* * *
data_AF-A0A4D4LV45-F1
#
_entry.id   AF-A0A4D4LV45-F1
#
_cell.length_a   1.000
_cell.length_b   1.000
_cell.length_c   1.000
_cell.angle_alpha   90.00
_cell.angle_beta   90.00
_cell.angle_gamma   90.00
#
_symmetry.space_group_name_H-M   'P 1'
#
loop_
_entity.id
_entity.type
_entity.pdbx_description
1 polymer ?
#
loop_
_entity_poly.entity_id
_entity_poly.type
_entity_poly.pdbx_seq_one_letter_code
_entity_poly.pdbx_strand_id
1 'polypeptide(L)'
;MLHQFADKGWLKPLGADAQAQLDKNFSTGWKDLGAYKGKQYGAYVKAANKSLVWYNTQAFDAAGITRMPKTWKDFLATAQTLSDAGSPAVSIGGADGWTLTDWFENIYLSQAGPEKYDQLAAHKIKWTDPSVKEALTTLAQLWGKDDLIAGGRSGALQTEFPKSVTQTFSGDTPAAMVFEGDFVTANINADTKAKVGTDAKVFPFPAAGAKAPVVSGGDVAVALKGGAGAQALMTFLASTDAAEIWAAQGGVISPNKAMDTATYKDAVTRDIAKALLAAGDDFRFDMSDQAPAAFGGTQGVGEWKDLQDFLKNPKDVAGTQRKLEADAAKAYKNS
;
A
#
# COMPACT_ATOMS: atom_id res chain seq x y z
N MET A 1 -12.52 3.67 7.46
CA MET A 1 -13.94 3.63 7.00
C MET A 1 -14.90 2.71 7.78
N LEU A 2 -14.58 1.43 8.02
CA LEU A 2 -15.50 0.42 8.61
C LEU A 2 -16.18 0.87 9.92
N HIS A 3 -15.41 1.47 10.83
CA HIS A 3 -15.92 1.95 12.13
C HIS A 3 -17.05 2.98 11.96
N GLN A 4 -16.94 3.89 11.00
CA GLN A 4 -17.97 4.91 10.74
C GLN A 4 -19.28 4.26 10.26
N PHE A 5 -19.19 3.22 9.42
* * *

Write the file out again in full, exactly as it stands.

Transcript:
data_AF-A0A4D4LV45-F1
#
_entry.id   AF-A0A4D4LV45-F1
#
_cell.length_a   1.000
_cell.length_b   1.000
_cell.length_c   1.000
_cell.angle_alpha   90.00
_cell.angle_beta   90.00
_cell.angle_gamma   90.00
#
_symmetry.space_group_name_H-M   'P 1'
#
loop_
_entity.id
_entity.type
_entity.pdbx_description
1 polymer ?
#
loop_
_entity_poly.entity_id
_entity_poly.type
_entity_poly.pdbx_seq_one_letter_code
_entity_poly.pdbx_strand_id
1 'polypeptide(L)'
;MLHQFADKGWLKPLGADAQAQLDKNFSTGWKDLGAYKGKQYGAYVKAANKSLVWYNTQAFDAAGITRMPKTWKDFLATAQTLSDAGSPAVSIGGADGWTLTDWFENIYLSQAGPEKYDQLAAHKIKWTDPSVKEALTTLAQLWGKDDLIAGGRSGALQTEFPKSVTQTFSGDTPAAMVFEGDFVTANINADTKAKVGTDAKVFPFPAAGAKAPVVSGGDVAVALKGGAGAQALMTFLASTDAAEIWAAQGGVISPNKAMDTATYKDAVTRDIAKALLAAGDDFRFDMSDQAPAAFGGTQGVGEWKDLQDFLKNPKDVAGTQRKLEADAAKAYKNS
;
A
#
# COMPACT_ATOMS: atom_id res chain seq x y z
N MET A 1 -12.52 3.67 7.46
CA MET A 1 -13.94 3.63 7.00
C MET A 1 -14.90 2.71 7.78
N LEU A 2 -14.58 1.43 8.02
CA LEU A 2 -15.50 0.42 8.61
C LEU A 2 -16.18 0.87 9.92
N HIS A 3 -15.41 1.47 10.83
CA HIS A 3 -15.92 1.95 12.13
C HIS A 3 -17.05 2.98 11.96
N GLN A 4 -16.94 3.89 11.00
CA GLN A 4 -17.97 4.91 10.74
C GLN A 4 -19.28 4.26 10.26
N PHE A 5 -19.19 3.22 9.42